At MNA, our Mission is to protect special natural areas and the rare species that live there. The goals of our blog are to cover the latest environmental issues affecting these areas and provide information about the efforts of our volunteers. Our weekly “ENDANGERED!” column serves to inform you about the endangered plant and animal species found in and around these special natural areas, and how you can contribute to conservation efforts before it is too late.

Kirtland’s Warbler
By Brandon Grenier

The Kirtland’s warbler (Dendroica kirtlandii) is in the beginning of a species-recovery success story. Fifteen years ago, it was only known to nest in the northern region of Michigan’s Lower Peninsula. Now, this rare bird is also found in the Upper Peninsula and parts of Canada and Wisconsin. Known to on insects and small fruits, warblers help manage populations of insects such as flies.
Photo by Cindy Mead

Physical Appearance:
The Kirtland’s warbler is approximately six inches in length, and is one of the rarest members of the wood warbler family. It has a bright yellow breast and blue-gray back tail feathers covered in black streaks. The males are songbirds with eyes surrounded by white ringlets. Females are more dull in appearance than their male counterparts, do not sing and do not have ringlet markings. In fall and winter, both sexes have brown plumage, and are much less recognizable.

Preferred Habitat:

This warbler is very particular about where it will nest, nesting only on the ground or in the low hanging branches of jack pine trees. Kirtland’s warblers only nest in trees between the ages of five and twenty; after this the lower branches begin to die and it is no longer suitable. The warbler also requires a large area to sustain populations; each pair typically needs six-to-ten acres for nesting territory. Warblers migrate in the fall to make their voyage to the Bahamas for eight months and return to the Midwest in early May.

Life Cycle:
Once warblers return to Michigan in May, females lay four-to-five eggs, followed by an incubation period of 13-16 days. Both parents help feed the young, which leave the nest within nine days to live on the lowest branches. Parents continue to feed the chicks for five weeks. Most Kirtland’s warblers live for two years.

List Status:
The Kirtland’s warbler is listed as a federal endangered species; however, populations have been improving steadily after a number of programs were enacted to protect its habitat.

Kirtland’s warblers are proof that forest fires are healthy for ecosystems. Jack pine forests were traditionally renewed by forest fires, clearing out old trees and allowing for new growth, and in turn, new nests for warblers. Fires also open the seeds of the pinecones, so when humans prevent natural forest fires to protect their homes and land, the warbler’s habitat is minimized.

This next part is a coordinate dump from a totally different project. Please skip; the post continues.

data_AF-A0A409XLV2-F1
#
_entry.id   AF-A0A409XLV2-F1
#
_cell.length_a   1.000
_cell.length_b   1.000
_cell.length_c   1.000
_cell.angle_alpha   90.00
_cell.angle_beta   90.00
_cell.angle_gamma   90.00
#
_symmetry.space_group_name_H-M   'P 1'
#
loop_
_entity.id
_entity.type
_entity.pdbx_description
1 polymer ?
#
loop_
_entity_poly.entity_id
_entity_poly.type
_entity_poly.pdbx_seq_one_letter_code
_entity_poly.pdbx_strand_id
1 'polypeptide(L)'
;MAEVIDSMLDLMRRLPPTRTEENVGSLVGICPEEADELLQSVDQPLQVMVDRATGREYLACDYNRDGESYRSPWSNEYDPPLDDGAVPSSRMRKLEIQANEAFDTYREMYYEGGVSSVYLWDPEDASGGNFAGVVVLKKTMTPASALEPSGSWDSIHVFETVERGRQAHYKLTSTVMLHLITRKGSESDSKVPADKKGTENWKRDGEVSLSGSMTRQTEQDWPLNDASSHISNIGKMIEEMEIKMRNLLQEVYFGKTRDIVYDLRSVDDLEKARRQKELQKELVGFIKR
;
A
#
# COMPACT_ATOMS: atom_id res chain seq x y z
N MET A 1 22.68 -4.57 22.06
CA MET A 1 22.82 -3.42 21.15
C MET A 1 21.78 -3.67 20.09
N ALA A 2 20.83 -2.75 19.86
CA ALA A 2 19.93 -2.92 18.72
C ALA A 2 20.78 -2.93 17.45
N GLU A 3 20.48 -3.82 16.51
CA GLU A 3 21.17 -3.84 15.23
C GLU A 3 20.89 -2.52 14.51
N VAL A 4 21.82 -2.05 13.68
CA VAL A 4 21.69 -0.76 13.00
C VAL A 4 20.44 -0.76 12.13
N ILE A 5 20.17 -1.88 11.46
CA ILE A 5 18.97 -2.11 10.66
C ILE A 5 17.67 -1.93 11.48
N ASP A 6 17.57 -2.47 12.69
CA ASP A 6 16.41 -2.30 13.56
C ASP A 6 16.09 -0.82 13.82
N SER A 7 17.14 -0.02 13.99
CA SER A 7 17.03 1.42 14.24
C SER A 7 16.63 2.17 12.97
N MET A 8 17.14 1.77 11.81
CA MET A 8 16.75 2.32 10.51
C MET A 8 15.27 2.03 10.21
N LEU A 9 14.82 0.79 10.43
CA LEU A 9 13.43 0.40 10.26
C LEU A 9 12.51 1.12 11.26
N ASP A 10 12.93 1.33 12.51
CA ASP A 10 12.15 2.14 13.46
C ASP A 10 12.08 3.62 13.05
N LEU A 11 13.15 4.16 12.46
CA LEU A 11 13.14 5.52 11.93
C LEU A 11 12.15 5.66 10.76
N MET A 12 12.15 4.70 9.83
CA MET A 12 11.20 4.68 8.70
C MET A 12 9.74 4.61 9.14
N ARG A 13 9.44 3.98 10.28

The brown-headed cowbird (Molothrus ater) also poses a significant threat to warblers. The cowbird is a nest parasite that lays its eggs in the nests of other birds. The cowbirds’ eggs hatch earlier than other songbirds’, so their young start off stronger and often win fights for food. As the Kirtland’s warbler has no developed defense against this parasitism, cowbirds have ravaged their populations.

Protection Efforts:

The U.S. Fish and Wildlife Service, the USDA Forest Service, the Michigan Department of Natural Resources and the Michigan Audubon Society began working together in 1972 using live traps to catch cowbirds in Kirtland’s warbler breeding areas. Since then, an average of 4,000 cowbirds have been removed per year. The USFWS has also monitored jack pine forests for years, using rotation cuttings, fires and reseeding to maintain breeding areas for warblers. From 167 Kirtland’s warblers in 1974, the number of singing males increased to 1,826 in 2009.

How You Can Help:
You can help ensure the survival of this beautiful bird by:
• Staying out of posted nesting areas
• Camping only in designated campgrounds
• Prohibiting pets from running wild through labeled nesting areas
• Practicing extreme caution with fire
• Tell your friends and family everything you know about this endangered species

MNA volunteers are currently working to protect this and other endangered species, and you can help too. Join our efforts as a volunteer removing invasive plants in the special natural areas where this species lives. Or, become a steward and take responsibility for planning efforts to maintain a specific MNA sanctuary. To find out how to get involved, visit our website.